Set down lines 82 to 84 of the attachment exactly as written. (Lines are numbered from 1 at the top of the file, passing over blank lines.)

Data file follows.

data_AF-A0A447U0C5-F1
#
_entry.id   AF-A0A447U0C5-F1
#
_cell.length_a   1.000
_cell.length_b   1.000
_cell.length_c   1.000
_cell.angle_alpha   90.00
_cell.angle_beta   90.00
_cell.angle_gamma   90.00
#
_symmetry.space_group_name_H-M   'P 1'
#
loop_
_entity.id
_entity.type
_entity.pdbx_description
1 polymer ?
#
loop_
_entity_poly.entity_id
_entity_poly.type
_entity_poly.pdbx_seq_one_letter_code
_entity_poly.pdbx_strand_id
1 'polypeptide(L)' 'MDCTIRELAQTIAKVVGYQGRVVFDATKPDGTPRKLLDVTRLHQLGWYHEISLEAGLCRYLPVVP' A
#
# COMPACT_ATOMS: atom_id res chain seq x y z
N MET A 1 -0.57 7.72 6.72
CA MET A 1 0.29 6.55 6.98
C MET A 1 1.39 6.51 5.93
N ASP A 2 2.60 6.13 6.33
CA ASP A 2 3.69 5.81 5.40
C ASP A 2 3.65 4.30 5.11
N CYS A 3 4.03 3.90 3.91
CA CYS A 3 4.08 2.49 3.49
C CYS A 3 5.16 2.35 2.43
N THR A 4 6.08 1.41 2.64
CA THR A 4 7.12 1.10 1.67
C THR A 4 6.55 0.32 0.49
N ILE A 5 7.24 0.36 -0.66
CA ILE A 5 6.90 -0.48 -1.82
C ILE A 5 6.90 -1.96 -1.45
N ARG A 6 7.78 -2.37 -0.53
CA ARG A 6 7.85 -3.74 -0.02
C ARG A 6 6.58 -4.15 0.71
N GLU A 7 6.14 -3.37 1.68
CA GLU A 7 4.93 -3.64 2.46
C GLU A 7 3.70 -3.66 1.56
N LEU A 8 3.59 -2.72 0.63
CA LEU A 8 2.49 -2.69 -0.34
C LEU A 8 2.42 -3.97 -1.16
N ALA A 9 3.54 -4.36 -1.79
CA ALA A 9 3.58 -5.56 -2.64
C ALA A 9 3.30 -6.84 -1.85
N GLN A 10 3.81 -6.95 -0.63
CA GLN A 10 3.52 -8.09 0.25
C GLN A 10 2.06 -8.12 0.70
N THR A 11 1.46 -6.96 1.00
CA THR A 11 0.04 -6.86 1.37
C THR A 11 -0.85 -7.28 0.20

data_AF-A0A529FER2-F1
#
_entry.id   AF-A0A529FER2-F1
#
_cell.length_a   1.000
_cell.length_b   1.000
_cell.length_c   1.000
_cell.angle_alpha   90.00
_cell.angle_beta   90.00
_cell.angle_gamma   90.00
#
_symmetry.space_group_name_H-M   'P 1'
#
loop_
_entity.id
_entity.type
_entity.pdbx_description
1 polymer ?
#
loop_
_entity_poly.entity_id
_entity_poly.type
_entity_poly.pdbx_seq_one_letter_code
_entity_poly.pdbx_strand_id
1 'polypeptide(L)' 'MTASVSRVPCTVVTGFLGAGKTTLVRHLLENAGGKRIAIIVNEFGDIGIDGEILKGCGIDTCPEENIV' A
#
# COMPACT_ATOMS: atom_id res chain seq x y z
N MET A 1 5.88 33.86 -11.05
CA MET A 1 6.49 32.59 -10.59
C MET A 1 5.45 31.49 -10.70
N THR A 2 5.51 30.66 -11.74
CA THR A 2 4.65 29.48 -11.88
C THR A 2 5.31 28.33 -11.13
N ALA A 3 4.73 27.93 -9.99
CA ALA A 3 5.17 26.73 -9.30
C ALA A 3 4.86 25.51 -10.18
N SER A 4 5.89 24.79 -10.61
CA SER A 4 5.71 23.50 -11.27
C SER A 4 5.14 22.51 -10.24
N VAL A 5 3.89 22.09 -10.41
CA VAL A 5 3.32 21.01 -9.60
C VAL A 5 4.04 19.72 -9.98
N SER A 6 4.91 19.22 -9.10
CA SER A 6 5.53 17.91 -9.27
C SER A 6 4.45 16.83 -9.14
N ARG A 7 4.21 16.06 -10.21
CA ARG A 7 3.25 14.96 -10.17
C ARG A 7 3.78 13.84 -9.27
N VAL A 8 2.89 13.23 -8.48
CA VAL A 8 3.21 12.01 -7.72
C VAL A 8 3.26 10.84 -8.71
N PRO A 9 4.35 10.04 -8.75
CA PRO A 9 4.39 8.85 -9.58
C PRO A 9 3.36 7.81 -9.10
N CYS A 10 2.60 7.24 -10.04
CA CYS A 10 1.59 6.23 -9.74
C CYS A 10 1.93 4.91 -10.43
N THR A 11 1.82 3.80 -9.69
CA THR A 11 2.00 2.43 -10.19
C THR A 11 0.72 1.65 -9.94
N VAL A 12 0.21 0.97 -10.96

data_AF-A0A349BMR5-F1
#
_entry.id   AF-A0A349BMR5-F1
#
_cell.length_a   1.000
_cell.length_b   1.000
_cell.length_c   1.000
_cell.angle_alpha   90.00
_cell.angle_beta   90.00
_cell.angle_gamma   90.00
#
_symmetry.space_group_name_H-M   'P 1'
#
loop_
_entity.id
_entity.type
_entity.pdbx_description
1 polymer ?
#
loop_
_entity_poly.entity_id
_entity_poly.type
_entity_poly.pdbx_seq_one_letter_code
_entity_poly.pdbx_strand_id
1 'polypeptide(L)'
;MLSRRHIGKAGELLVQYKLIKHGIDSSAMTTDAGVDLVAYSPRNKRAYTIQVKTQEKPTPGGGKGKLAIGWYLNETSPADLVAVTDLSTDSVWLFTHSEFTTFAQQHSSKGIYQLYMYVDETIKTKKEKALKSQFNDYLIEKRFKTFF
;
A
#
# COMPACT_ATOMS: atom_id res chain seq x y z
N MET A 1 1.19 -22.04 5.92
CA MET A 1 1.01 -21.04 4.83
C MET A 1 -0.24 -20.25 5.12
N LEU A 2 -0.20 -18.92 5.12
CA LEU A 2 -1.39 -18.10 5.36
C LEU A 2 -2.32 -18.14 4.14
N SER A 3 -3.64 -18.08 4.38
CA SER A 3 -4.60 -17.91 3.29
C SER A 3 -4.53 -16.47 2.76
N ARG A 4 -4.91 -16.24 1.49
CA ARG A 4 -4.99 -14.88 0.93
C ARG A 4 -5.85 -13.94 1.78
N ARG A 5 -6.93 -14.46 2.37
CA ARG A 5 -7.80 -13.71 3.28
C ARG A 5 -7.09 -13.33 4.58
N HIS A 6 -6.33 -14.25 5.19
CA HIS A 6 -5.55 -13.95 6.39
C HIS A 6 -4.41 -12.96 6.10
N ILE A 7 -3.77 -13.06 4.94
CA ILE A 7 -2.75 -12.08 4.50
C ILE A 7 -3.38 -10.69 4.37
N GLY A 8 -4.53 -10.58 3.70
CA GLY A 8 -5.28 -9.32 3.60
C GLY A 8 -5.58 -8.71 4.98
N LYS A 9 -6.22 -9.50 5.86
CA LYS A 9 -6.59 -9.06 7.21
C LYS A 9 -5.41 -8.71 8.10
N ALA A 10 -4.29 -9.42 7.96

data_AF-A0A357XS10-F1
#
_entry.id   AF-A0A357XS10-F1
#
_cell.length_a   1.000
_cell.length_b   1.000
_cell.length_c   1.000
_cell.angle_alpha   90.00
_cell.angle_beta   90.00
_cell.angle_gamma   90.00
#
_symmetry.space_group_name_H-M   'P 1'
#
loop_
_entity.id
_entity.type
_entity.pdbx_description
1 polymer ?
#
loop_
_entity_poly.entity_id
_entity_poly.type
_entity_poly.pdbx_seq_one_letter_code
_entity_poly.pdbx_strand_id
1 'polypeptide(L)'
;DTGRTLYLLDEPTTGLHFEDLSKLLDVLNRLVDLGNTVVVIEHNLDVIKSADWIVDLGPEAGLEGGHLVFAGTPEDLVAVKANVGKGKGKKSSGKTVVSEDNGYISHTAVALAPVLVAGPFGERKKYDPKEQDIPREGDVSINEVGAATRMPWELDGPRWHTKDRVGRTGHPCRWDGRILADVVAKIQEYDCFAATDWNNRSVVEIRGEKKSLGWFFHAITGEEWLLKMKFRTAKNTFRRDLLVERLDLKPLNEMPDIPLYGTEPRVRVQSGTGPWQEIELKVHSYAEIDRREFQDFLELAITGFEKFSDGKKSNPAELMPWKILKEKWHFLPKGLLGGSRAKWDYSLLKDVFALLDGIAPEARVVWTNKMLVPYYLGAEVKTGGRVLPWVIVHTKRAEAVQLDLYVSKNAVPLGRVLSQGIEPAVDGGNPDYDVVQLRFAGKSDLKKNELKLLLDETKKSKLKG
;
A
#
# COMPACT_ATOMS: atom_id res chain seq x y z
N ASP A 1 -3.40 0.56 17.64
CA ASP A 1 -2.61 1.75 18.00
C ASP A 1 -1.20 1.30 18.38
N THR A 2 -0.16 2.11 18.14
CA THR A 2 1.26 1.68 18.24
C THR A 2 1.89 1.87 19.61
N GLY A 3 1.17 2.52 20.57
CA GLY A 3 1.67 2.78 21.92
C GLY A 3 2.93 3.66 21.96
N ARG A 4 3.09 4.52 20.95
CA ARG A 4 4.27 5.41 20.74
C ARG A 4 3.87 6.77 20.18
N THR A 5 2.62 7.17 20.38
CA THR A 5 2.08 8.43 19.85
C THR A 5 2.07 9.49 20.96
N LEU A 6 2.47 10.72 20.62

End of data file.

_entity_poly.type
_entity_poly.pdbx_seq_one_letter_code
_entity_poly.pdbx_strand_id